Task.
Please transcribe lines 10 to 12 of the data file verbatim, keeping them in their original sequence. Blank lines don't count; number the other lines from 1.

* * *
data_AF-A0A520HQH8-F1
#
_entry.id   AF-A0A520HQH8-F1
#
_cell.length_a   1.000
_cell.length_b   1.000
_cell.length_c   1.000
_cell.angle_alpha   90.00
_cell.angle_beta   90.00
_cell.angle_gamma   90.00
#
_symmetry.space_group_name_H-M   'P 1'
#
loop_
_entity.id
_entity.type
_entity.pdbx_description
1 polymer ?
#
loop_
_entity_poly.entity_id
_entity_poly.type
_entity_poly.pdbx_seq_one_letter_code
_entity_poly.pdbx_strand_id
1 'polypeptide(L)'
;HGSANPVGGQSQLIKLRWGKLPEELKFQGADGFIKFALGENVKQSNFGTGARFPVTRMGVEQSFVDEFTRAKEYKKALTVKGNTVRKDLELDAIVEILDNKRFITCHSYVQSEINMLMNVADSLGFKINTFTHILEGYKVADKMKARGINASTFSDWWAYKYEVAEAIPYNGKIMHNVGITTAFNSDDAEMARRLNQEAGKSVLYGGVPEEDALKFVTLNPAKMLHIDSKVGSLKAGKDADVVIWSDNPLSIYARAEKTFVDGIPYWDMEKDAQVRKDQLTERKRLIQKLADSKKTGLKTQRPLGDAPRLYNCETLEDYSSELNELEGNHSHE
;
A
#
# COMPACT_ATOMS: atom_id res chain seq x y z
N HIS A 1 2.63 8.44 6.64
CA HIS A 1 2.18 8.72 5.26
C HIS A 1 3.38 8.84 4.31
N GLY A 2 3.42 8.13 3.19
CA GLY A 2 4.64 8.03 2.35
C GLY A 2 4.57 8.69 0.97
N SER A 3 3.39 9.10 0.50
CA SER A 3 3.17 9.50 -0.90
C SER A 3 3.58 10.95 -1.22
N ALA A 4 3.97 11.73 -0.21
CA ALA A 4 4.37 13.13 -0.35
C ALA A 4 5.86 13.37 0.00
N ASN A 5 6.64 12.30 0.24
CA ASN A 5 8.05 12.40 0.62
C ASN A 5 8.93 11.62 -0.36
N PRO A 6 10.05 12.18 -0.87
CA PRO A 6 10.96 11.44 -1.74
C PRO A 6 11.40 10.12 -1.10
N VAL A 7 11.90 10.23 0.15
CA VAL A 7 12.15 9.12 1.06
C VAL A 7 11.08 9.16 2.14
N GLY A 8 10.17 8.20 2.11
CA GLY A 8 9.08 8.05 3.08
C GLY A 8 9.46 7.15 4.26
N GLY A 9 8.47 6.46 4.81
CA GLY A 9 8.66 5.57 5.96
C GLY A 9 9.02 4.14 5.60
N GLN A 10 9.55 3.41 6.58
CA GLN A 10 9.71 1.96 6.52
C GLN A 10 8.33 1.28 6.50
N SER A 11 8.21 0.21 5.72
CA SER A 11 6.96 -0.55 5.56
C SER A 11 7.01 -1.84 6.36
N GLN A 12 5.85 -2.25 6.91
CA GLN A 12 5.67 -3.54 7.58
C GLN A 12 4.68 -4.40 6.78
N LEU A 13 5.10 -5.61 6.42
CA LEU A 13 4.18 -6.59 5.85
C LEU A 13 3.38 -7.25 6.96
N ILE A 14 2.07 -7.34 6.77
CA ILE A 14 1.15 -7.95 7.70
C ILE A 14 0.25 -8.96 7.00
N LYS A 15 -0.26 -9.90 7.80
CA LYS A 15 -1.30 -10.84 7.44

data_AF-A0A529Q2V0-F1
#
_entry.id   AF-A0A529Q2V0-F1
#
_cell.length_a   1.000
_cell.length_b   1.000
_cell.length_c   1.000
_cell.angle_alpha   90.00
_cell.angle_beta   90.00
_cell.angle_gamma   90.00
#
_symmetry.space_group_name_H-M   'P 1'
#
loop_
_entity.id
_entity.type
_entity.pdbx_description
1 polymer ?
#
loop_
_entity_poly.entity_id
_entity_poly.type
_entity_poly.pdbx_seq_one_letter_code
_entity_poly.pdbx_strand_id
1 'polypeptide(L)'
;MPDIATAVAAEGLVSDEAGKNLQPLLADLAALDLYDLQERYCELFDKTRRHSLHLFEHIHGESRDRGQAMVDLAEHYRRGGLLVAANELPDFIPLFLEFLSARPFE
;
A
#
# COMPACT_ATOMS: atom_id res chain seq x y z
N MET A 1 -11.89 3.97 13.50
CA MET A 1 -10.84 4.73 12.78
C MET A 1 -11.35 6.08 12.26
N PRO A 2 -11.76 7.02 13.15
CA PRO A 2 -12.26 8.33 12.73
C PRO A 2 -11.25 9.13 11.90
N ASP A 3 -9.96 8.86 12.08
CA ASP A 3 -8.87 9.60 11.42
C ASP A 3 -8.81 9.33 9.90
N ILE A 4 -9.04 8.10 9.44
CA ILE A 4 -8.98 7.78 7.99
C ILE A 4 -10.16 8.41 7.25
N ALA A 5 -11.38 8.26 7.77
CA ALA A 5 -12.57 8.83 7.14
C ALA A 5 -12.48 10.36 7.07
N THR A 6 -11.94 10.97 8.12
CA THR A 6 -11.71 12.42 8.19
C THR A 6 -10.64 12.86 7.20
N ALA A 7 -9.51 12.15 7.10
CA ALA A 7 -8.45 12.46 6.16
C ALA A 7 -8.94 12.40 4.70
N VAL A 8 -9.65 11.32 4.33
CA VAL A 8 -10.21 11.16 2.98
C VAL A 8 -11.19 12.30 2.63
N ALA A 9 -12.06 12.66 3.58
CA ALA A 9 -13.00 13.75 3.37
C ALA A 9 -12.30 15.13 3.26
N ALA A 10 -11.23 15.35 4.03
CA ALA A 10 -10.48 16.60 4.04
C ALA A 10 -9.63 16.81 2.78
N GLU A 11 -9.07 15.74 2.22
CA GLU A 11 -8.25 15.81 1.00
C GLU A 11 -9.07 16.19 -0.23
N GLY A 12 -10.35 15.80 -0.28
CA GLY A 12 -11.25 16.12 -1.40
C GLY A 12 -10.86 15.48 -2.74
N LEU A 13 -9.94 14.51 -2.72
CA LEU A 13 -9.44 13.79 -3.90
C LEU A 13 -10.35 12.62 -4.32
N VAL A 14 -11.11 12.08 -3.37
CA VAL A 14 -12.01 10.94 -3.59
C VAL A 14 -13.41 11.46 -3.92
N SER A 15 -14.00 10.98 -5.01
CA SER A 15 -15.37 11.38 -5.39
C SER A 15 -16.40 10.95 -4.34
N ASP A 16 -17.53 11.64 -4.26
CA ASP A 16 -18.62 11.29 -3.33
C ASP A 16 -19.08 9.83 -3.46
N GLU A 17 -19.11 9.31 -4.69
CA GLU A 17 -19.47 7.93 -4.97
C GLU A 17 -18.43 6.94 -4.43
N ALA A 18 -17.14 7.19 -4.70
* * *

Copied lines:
_cell.angle_gamma   90.00
#
_symmetry.space_group_name_H-M   'P 1'